On the other hand, if you buy a stock that is not in your base currency, you have to pay a 0.15% conversion fee. And you have to pay the same fee when you sell the stock. This fee makes currency conversions expensive with Trading 212. It is not the worst fee, but not the cheapest either.

So, if you only buy stocks in your local currency, you pay no fees with Trading 212.

How does Trading 212 make money?

We just said that the investors do not pay any money when using Trading 212, so how do they survive.

In 2021, Trading 212 reported 45 million GBP in profit. So, how do they generate money if they do not charge fees?

CFD trading is a very lucrative business, especially since this business is very poorly regulated. Indeed, they mainly make money out of CFDs. They have a large spread on CFDs and charge interest rates on the leverage overnight or during weekends.

On top of that, Trading 212 can lend your shares to other customers. So, they can profit from your shares, but this profit only comes to them, not to you.

Overall, they do not make much money on the Invest accounts, but they make more money from CFD accounts.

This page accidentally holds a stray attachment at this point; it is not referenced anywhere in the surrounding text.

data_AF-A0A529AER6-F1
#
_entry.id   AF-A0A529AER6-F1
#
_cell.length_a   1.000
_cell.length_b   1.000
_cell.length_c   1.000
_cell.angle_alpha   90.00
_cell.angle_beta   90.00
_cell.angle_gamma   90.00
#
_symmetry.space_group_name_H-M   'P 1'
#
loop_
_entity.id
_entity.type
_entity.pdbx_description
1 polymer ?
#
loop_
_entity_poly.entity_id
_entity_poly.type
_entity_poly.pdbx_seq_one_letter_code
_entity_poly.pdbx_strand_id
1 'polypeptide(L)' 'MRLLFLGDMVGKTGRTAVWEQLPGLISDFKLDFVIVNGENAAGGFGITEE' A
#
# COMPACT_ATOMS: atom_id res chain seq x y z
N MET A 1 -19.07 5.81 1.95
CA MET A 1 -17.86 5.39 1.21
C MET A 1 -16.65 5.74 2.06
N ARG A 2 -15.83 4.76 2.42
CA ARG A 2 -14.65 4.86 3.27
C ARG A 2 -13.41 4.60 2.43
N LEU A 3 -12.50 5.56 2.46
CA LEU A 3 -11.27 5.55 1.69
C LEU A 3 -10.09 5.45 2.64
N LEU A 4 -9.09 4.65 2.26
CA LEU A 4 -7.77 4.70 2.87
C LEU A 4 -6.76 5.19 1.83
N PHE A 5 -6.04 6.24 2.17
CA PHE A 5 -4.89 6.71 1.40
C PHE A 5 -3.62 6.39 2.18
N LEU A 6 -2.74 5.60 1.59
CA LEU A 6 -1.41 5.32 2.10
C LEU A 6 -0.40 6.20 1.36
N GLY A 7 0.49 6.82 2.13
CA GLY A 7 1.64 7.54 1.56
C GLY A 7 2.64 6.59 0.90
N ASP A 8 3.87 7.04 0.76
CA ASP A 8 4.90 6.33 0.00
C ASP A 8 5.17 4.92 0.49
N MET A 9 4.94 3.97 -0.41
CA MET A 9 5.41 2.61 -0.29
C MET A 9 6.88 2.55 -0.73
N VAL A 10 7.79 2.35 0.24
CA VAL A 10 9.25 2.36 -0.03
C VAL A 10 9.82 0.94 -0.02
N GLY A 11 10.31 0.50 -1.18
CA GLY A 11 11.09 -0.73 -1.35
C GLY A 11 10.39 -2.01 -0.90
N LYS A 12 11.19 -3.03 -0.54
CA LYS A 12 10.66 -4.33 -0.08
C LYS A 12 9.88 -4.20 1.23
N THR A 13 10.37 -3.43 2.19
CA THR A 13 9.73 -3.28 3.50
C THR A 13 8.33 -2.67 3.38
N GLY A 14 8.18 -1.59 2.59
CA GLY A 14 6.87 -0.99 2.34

Is Trading 212 technically secure?

Let’s start with technical security. The technical security of your online accounts is fundamental.

Overall, technical security looks fine. Trading 212 offers a second factor of authentication for access to the account. I have not heard of any bad report about the technical security of Trading 212.

Although it is not directly related to security, they had many issues with the influx of people during the Gamestop saga. They had significant failures. These failures are not worrying for the security of the data, but if they cannot handle too many users, it is worrying for the execution of trades.

Overall, I think they are technically secure, but their infrastructure does not appear to scale well with many issues.